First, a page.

I couldn't stop myself from taking like 30 pictures of the Winged Victory of Samothrace sculpture in the Louvre today. It's got to be the most amazing sculpture ever made.
We are loving our apartment (for the next few days) in Central Paris -- it's in a very cool neighborhood, and the apartment itself is fantastic -- fiber optic internet, too. This is why we're nomads.
We’ve all heard dire predictions about the future of cybersecurity trends, especially cloud security. IoT environments will expand the attack surface beyond control and encourage breaches. Hybrid offices will always pose a greater risk as cyber criminals exploit flex and remote work. Insecure APIs will open the door to attacks. Attackers will hijack employee accounts. Cloud resources will lack visibility.
But what if these threats and risks are overblown? Here’s why all these dire predictions about cloud security might never come to pass.
Among the many important aspects of IoT security, live cameras are one of the most open to misuse. People have been video snooping, watching private cameras and doing other sketchy things around connected cameras for many years. But in recent months, the intensity and risk around video have risen.
Video has breached privacy, or even security, in recent months in three main ways:
- Cyber criminals place hidden cameras in hotel rooms or home bedrooms. From there, they sell video clips or even live streams from those cameras online at scale.
- Attackers digitally break into a company that provides security video services. From there they gain admin access to the companies’ servers. They can snoop on the live feeds of schools, hospitals and even cybersecurity companies using their products and services.
- Threat actors exploit connected video cameras using insecure default configurations and other flaws.
It’s time to explore the potential for abuse (social engineering, blackmail, intelligence for sale and more).
Cloud security and web application security demand technology and practices that protect applications and data hosted remotely. Good old-fashioned data encryption is chief among these. The reasons for encrypting cloud data, of course, are privacy, security and regulatory compliance — all standard for any successful enterprise. At the bottom of all this is the idea of being intentional about encryption, knowing the standards you need to meet and the specifics of your group’s needs. Make sure you’re seeing the whole picture with our guide.
My wonderful friend Julia Weber is the implementation director at the Giffords Law Center to Prevent Gun Violence. Here she is on Democracy Now to explain the link between mass shootings and domestic violence, and offers some very sensible solutions to address the crisis.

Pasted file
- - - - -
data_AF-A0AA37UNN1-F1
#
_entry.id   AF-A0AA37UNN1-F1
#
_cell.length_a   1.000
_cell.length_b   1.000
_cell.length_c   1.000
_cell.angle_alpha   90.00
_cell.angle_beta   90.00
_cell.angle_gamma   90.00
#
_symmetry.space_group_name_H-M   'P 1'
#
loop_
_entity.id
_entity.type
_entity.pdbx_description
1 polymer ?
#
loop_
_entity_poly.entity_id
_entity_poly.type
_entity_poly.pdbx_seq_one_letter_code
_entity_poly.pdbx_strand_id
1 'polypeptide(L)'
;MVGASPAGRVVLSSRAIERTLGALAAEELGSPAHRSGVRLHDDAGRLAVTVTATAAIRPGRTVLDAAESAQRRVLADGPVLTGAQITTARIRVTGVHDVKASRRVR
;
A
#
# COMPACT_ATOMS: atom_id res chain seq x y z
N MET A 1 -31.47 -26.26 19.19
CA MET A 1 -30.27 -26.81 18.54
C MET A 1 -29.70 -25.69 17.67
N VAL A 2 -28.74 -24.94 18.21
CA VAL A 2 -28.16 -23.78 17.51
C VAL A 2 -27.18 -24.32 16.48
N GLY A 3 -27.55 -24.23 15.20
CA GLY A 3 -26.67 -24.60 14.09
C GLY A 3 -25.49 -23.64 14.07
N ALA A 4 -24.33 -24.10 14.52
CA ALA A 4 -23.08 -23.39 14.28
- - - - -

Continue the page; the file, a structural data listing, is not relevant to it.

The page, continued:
(She hasn't been able to play with other children much since the pandemic began, so she's really looking forward to the end of the pandemic!)
My son, Kevin, bought a hydrogen fuel cell electric Toyota Mirai, recently. He absolutely loves it. As a bonus, he found out that the one of the best hydrogen stations around is right around the corner from his house.
Here's what it looks like to get gas at a hydrogen station:
The food industry faces an uncertain future. Restaurants and prepared-food companies, food manufacturers, farmers and producers that survived the lockdowns of 2020 and 2021 are heading into a new world. Some of the competition has been removed, new players are entering the market and both tastes and consumer habits have changed. Take a look at our recipe for how food manufacturers can boost their internet of things (IoT) security in the midst of all those changes.
One problem with Twitter is the existence of a blue-check aristocracy. Now Twitter plans to further separate users into paid and not paid social media classes. What the company really needs is a verification system that democratizes Twitter.
Plus, the Russian smartphone customizing company Caviar is releasing a custom Huawei Mate 40 Pro and an iPhone 12 Limited Edition smartphone to commemorate the 100th anniversary of the Communist Party of China. Workers of the world, unite behind this $25,000 gadget!
The clothing company Le Je is selling pants that look like a glitch in the Matrix.
Rolls-Royce has come out with a car that is more than just a car — it's also a picnic basket.
And DARPA, the US military research arm that brought us GPS, the graphical interface and the internet, is finally funding something useful — a sarcasm detector!
Read all about it in the latest edition of Mike's List!